Haha! My roommate is a powerlifter and rugby player. In between the ridiculous challenges, unsuccessful attempts at explaining the finer details of each other’s sports, and somewhat spectacular dietary habits, I think we’d make a great sitcom.
all the males in this family can or have thrown 90+mph fastballs so I’m at a bit of a disadvantage…
anything to produce more red meat! (aka slow twitch or FOG mitochondria machinery)
Must make for interesting family snowball fights in winter.
Has Coach Chad given any recommendations regarding where to fit strength training in the training plans, I am thinking he has and I am not finding it
Two blog posts worth looking at, look at the section Timing Strength Training Within Your Season in this article:
and the FAQ section here:
thanks, really appreciate it
FWIW I’m masters 55+ and weight lifting 3 days a week leave my legs tired. For that reasons I only do more lifting during the off-season, which for me is the summer months (June-August). During this part of my annual training plan, I can manage one maintenance sweet spot workout and the rest are easy zone 2 / aerobic endurance.
I am 46 and I am finding myself in a similar situation in that when I do lift or do plyo I end up in a position where efforts in the sweet spot and above are really impacted and I can’t always hit numbers. I come from a strength training background but the fact that cycling just relatedly impacts the same muscle groups makes for a difficult balancing act
I think it makes a lot of sense to take 2-3 months every year to focus on weight lifting. Definitely need to reduce cycling. Just started my off-season and for this initial block established a baseline at 6 hours cycling and 3 hours lifting.
My strength training workouts are relatively short (under 45 mins and sometimes 15-20 mins) but intense and I end up feeling it in the days that follow and it impacts my more intense sessions.
Lifting heavy or explosively creates a lot of fatigue in larger motor units. Take a little more time to let yourself recover and you’ll be alright. Alternatively, change your lifting style to create less fatigue. You don’t have to fuck yourself up to have an effective session!
This. A book I always recommend is Easy Strength by Dan John and Pavel Tsatsouline. Great resource. Much of the book focuses on teaching athletes how to build and maintain strength without negatively impacting their primary pursuit.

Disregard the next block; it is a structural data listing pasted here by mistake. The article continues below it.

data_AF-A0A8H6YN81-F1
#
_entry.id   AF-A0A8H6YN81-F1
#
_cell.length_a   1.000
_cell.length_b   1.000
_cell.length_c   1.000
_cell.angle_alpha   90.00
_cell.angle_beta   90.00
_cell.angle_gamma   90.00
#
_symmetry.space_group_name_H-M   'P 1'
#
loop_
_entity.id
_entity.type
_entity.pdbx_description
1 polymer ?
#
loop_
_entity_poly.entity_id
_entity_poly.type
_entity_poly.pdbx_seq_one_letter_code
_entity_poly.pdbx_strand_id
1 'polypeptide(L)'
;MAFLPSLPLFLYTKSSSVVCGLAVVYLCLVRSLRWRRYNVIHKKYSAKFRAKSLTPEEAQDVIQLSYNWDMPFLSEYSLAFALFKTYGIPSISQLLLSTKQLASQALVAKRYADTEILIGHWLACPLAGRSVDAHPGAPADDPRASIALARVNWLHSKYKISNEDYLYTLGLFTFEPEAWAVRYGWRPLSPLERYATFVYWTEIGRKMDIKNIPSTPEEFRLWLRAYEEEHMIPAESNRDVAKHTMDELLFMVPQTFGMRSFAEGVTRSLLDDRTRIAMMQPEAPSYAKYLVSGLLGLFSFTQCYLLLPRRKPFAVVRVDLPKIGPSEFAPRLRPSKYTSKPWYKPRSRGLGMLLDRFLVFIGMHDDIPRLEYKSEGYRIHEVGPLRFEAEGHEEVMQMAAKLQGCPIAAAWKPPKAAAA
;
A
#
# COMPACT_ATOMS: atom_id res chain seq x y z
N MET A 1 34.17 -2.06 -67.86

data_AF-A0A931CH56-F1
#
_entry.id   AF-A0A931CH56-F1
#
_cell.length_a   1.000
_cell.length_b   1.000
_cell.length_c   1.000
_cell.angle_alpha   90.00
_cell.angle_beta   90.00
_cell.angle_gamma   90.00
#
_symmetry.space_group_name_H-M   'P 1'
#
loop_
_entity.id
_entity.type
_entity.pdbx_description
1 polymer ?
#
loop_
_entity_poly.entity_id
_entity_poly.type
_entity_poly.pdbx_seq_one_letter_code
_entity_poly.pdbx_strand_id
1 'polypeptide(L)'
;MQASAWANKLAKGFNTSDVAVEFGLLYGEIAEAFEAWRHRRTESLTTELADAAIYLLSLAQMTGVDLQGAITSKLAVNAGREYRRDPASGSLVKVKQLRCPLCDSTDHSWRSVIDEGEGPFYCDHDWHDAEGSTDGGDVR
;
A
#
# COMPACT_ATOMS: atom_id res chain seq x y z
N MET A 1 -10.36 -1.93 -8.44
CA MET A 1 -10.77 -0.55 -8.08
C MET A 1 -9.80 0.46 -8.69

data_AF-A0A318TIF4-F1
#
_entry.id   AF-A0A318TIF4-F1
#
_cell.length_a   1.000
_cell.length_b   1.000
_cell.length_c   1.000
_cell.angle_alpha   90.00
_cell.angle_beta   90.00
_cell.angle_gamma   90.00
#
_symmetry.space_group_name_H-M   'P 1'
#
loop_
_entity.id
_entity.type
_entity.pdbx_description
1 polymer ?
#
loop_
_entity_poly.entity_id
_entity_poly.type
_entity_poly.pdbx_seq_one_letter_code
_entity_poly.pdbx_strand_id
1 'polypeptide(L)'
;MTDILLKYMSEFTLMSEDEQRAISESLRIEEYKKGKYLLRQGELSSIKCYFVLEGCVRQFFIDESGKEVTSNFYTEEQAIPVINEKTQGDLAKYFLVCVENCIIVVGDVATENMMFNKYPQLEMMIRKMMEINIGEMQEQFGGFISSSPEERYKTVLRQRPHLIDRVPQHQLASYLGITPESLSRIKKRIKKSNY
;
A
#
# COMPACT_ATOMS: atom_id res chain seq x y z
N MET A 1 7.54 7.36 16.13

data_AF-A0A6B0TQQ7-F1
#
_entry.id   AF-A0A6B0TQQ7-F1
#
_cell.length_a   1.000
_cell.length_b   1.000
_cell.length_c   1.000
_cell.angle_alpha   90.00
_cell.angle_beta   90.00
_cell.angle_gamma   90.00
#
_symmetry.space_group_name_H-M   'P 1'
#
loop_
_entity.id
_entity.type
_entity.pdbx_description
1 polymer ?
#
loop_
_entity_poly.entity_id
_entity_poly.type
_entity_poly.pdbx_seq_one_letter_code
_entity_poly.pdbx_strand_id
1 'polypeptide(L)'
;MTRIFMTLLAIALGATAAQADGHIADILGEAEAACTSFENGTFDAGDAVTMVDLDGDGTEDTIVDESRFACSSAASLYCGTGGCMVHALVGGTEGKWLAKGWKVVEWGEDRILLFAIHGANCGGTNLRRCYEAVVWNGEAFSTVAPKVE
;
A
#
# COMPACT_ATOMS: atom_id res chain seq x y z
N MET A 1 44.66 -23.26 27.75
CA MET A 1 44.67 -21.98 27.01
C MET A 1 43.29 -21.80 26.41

So I just finished Garage Gym Warrior II by Andy Baker. Highly recommended for anyone but especially for older cyclists. I think it is an excellent approach for strength training when you are doing TR plans. I achieved person bests in squats, bench, overhead press and deadlifts, at age 55. You can complete the workouts in under 1 hour even in the later weeks, I fully endorse the tagline “Highly Effective, Low on fatigue”. [GGW2]. It is a bargain at $25. (https://www.andybaker.com/product/garage-gym-warrior-ii/)
Apologies if this has been covered, I bet it has, but its a long thread and hard to know what search term to use!
Lets say I did a workout. 15x3 dumbbell curls, 10x3 squats, 10x3 pullups, 10x3 deadlifts, 20x3 pushups. 30-45 minute sesh…
If I did the curls at 8am, the squats at 10am, the pullups at 12…and so on and so forth. Would I get the same muscle effect, leaving the calorie burn side out of it. i.e. would I get the same gains as doing it as one workout?
I cant say Ive heard any science on it, but rationalising it - what change are you aiming for? Will the body respond that way to infrequent, short duration, low intensity efforts?
My guess would be no.
Your gains could even be better. For pure strength gains, more rest between sets will allow you to work at a higher intensity/weight, which will lead to greater gains. By breaking up your workout, you’ll likely feel less pressure to cram everything in one time period by using shorter rest periods like 1-2 minutes between each set.
Also, your rep ranges are getting into the muscular endurance range rather than pure strength, so just be sure you’re lifting to maximize what you really want to maximize.
One additional point: you probably don’t need to include curls. The pull-ups you are doing already hit your biceps, and you could switch to chin-ups if you really want to emphasize bicep activation.
There are reasons for direct arm work, but if your primary pursuit is cycling, it’s unlikely that one of those exceptions applies. I know that time is at a premium for all of us, and there’s no need to waste energy on things that offer little or no return.
I just picked the exercises at random, they weren’t important, what I was wondering about was the timing aspect of doing it all in 45-60 mins or spread out throughout the day and how it would effect the GAINZ
There will also be an aspect though where you will be better off doing everything in one session because your body will be warmed up. Versus coming into each exercise completely cold.